Does White actually have any advantage?
No, White has no advantage here whatsoever. With proper play, the game should end in a draw.
Why I am I so certain that White has nothing in this position? Well, let us analyze the position using the diagram I submitted below:
Red color represent squares that Black knight control, while pink color represents squares controlled by Black pawns. Green color represents squares on which Black king can penetrate into White camp.
By looking at the diagram, you can clearly see the barrier knight and pawns on the queenside create for the White king. You can see that Black has sealed the queenside and White can not create any counterplay there.
White can not penetrate through center of the board either, as we can clearly see on the diagram, since
e6 pawns and knight block entry points.
This leaves kingside as the last hope, but Black king has a route ( marked with green color ) that can take to prevent White king to penetrate. White can not stop Black king to take this route.
Black bishop has no targets to attack, and is bound to the defense of the
d4 pawn. This pawn is a serious weakness in White camp and the biggest problem is that White can not get rid of it.
Black knight is very well posted, and restricts White pieces to the defense of the weak pawn. Black king is about to get active as well.
White must play
g4! in order to prevent Black king from penetrating. After that move he has sufficient resources to defend with ease.
What should White's plan be to try and win
White must wait for a mistake, after playing
are there any particular pawn structures White should aim for?
White has better minor piece for the endgame, but that weak pawn hinders him to utilize his advantage. In endgames, bishop is always stronger than a knight, if the side with the bishop has no weaknesses.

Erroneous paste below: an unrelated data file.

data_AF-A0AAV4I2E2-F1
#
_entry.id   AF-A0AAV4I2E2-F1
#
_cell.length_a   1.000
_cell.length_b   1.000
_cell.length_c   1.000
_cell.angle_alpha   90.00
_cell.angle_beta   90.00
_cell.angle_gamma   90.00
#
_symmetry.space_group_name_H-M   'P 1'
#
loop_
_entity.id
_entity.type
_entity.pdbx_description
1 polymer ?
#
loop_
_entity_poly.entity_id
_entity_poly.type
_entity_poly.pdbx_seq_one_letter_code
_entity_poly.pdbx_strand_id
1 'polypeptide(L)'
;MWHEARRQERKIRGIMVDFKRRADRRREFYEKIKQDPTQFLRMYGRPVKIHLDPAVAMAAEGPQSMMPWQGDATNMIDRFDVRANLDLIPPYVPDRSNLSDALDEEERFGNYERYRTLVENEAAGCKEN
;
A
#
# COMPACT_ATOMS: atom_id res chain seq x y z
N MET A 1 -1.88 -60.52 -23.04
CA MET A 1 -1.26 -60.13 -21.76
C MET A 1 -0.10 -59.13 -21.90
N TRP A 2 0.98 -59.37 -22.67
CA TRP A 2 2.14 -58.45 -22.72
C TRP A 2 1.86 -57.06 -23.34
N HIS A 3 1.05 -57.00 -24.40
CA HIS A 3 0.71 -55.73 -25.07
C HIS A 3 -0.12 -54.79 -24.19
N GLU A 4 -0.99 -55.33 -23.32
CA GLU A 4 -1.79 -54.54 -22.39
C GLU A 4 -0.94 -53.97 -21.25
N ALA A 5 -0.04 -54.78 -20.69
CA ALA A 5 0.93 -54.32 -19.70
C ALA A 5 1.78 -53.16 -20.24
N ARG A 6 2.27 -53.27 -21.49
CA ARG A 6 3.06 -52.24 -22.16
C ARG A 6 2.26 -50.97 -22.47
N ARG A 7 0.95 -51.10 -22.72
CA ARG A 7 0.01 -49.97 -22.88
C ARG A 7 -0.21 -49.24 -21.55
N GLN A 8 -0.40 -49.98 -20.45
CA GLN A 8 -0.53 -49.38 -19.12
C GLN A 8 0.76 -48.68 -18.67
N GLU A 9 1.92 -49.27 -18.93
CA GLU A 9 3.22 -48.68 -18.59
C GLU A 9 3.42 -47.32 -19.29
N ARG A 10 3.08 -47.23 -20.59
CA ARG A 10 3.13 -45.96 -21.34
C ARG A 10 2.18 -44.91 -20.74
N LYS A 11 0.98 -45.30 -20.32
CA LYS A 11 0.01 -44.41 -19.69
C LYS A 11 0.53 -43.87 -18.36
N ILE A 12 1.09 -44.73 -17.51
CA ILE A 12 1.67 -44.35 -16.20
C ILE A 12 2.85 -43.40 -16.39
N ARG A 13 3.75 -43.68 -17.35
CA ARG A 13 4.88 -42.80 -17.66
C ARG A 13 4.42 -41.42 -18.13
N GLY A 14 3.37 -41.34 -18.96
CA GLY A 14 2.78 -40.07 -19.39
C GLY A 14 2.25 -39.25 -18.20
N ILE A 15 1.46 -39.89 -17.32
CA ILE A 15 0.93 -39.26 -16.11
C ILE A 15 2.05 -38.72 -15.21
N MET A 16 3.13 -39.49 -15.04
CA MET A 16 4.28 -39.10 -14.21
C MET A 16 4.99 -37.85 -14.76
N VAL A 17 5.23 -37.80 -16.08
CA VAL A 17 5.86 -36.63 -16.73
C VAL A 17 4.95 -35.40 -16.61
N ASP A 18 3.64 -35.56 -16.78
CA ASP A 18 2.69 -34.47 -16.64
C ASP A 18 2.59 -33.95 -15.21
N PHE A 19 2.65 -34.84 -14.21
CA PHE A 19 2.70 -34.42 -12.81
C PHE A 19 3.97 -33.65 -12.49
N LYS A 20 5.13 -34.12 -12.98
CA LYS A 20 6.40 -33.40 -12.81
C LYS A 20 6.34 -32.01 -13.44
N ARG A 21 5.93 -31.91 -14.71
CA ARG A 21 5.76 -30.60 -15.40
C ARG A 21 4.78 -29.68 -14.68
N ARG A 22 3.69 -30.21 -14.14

White should strive to create imbalance by forcing Black somehow to play
...e5. The passed pawn is nothing special as it is central one, and bishop is fast enough to catch it on time, so Black would not have much.
On the other hand, after
...e5, white should aim to create a passed
h pawn in order to play for the win. That pawn should reach
h6 so the bishop could defend it from afar, while keeping "an eye" on the Black passed pawn.
This would tie Black king/knight to the proximity of the White passed pawn, enabling White king to possibly penetrate on the queenside.
Of course, this is all hypothetical talking, Black would never allow such a thing to happen. Your question was about winning pawn structure, so my answer is to get the pawn structure where you have passed
h pawn, and
d pawn is exchanged. That is the pawn structure White should aim for.
Your second diagram looks very promising, but at the moment I have no time to analyze it. I believe you could have won with slightly better play. He (or she?) made such terrible moves, that if pressured just for few more moves, he/she would crack ( I am 100% sure of this ). Maybe I will update this post with thorough analysis ->let us hope that I will solve the problems at work.
Best regards, feel free to leave a comment if you need help or you have anny follow up questions.